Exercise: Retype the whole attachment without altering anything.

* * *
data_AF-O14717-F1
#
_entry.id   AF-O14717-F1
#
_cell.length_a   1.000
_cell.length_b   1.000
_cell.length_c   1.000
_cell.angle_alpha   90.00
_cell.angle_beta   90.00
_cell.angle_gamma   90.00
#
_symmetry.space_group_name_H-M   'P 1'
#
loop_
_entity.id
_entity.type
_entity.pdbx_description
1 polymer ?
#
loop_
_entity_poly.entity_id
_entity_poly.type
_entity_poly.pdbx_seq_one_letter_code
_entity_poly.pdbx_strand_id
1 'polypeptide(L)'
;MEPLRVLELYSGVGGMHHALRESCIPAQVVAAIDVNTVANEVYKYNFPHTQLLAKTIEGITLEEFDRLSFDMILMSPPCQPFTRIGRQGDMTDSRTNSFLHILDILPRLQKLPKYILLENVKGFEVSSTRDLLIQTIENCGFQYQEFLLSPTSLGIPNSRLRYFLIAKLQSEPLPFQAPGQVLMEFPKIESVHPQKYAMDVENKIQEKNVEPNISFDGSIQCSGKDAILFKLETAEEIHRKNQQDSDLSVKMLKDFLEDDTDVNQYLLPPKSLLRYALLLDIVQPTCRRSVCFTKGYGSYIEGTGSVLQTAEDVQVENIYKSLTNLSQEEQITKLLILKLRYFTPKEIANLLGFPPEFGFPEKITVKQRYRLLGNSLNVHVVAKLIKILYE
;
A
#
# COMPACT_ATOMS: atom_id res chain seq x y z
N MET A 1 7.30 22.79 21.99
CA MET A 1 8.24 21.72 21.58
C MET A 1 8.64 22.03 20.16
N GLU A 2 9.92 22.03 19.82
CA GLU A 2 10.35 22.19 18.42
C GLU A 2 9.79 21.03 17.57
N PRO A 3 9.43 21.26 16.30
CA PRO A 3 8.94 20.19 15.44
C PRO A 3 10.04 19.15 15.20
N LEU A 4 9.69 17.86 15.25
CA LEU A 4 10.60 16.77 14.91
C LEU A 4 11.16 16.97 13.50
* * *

data_AF-O14717-F1
#
_entry.id   AF-O14717-F1
#
_cell.length_a   1.000
_cell.length_b   1.000
_cell.length_c   1.000
_cell.angle_alpha   90.00
_cell.angle_beta   90.00
_cell.angle_gamma   90.00
#
_symmetry.space_group_name_H-M   'P 1'
#
loop_
_entity.id
_entity.type
_entity.pdbx_description
1 polymer ?
#
loop_
_entity_poly.entity_id
_entity_poly.type
_entity_poly.pdbx_seq_one_letter_code
_entity_poly.pdbx_strand_id
1 'polypeptide(L)'
;MEPLRVLELYSGVGGMHHALRESCIPAQVVAAIDVNTVANEVYKYNFPHTQLLAKTIEGITLEEFDRLSFDMILMSPPCQPFTRIGRQGDMTDSRTNSFLHILDILPRLQKLPKYILLENVKGFEVSSTRDLLIQTIENCGFQYQEFLLSPTSLGIPNSRLRYFLIAKLQSEPLPFQAPGQVLMEFPKIESVHPQKYAMDVENKIQEKNVEPNISFDGSIQCSGKDAILFKLETAEEIHRKNQQDSDLSVKMLKDFLEDDTDVNQYLLPPKSLLRYALLLDIVQPTCRRSVCFTKGYGSYIEGTGSVLQTAEDVQVENIYKSLTNLSQEEQITKLLILKLRYFTPKEIANLLGFPPEFGFPEKITVKQRYRLLGNSLNVHVVAKLIKILYE
;
A
#
# COMPACT_ATOMS: atom_id res chain seq x y z
N MET A 1 7.30 22.79 21.99
CA MET A 1 8.24 21.72 21.58
C MET A 1 8.64 22.03 20.16
N GLU A 2 9.92 22.03 19.82
CA GLU A 2 10.35 22.19 18.42
C GLU A 2 9.79 21.03 17.57
N PRO A 3 9.43 21.26 16.30
CA PRO A 3 8.94 20.19 15.44
C PRO A 3 10.04 19.15 15.20
N LEU A 4 9.69 17.86 15.25
CA LEU A 4 10.60 16.77 14.91
C LEU A 4 11.16 16.97 13.50